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The term suggestion was used in the 17th and 18th centuries. Introduced in the century, it describes the manipulative influence of an idea or sensation with the result that the manipulation is not perceived or at least temporarily not available to the consciousness. Etymologically, it can be traced back to the Latin noun suggestio, -onis , which means something like addition , inspiration or whispering , or to the Latin verb suggerĕre ( to add , underscore ).

In psychology, suggestion - the term was first used by James Braid - is a form of influencing feeling, thinking and acting. However, demarcations or differences to neighboring areas are hardly discussed. A distinction is made between autosuggestion and heterosuggestion , i.e. influencing oneself or others. In the subject area of hypnosis , suggestions represent immediately effective inspirations by the hypnotist. Posthypnotic suggestions , on the other hand, only work after the hypnosis, usually on a previously determined cue (e.g. a word or a gesture).

In any case, a distinction must be made between suggestion as an act or result, suggestibility as the willingness of the person to be suggested, and suggestivity as the potential to be able to place a suggestion. In this understanding of suggestiveness, suggestibility can then also be understood as auto-suggestivity - of course based on an external stimulus.

The terms “suggestion” and in particular “suggestibility” are often used as synonyms for influencing the will, exercising power, good faith, influenceability and weak will.

Even before the development of psychoanalysis , Josef Breuer used suggestions to cure hysteria . The symptoms are combated in this technique by applying a suggestion, the effect fading over time and the treatment must be renewed. Suggestion methods were also used to treat so-called war neuroses.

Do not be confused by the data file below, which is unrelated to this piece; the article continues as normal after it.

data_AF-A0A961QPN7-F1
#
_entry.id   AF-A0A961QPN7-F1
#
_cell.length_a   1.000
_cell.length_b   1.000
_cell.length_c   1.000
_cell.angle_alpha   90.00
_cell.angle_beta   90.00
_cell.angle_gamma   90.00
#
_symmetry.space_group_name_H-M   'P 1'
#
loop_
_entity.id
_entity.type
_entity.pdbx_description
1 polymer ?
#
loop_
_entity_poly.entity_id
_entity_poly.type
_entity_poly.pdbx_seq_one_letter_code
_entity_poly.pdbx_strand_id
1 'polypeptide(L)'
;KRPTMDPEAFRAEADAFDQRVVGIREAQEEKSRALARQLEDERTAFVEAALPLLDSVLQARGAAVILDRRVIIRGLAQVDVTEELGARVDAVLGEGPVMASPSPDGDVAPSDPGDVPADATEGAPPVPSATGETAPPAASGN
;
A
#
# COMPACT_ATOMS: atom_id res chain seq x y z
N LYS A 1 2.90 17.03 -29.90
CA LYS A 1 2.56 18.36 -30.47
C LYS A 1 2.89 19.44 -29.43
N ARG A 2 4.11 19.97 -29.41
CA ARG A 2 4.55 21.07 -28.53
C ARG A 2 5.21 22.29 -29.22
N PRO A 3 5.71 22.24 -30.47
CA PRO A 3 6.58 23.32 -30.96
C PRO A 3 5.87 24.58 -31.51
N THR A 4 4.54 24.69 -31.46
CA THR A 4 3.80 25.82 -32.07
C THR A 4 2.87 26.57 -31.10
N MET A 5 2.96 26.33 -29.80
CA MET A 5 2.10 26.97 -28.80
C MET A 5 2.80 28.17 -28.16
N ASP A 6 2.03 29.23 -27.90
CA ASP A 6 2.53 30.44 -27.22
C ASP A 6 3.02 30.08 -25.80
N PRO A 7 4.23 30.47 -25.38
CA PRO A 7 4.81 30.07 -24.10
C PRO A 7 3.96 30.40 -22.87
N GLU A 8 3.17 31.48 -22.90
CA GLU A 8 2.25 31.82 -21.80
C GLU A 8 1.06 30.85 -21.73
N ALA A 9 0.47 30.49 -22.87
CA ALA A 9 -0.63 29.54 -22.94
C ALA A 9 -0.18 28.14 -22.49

Other everyday effects where suggestions can serve as an explanation:

According to the meaning of the subordination , the term suggestion is also used in the so-called suggestive question . The aim of the questioner is to influence the content of the answer directly on the respondent. (Example: You were at the crime scene after all? - which can more likely evoke the answer yes from the other person.) This influence can already take place via facial expressions and gestures, but also verbal expression. For example, there is an old trick among waiters according to which the guest can be influenced by a slight nod or shake of the head when asked whether he should be refilled.

Suggestions create unstable states in the psyche , which normally return to the initial state after a certain latency period .

See also

Web links

Wiktionary: Suggestion  - explanations of meanings, word origins, synonyms, translations
Wiktionary: suggest  - explanations of meanings, word origins, synonyms, translations
Wiktionary: suggests  - explanations of meanings, word origins, synonyms, translations

Individual evidence

  1. ^ Max Nonne : About successful suggestive treatment of hysteriform disorders in war neuroses. In: Journal for the whole of neurology and psychiatry. Volume 37, 1917, pp. 191-218.
  2. Fanny Jimenez: Psychology: memories can be manipulated afterwards. In: . May 27, 2011, accessed October 7, 2018 .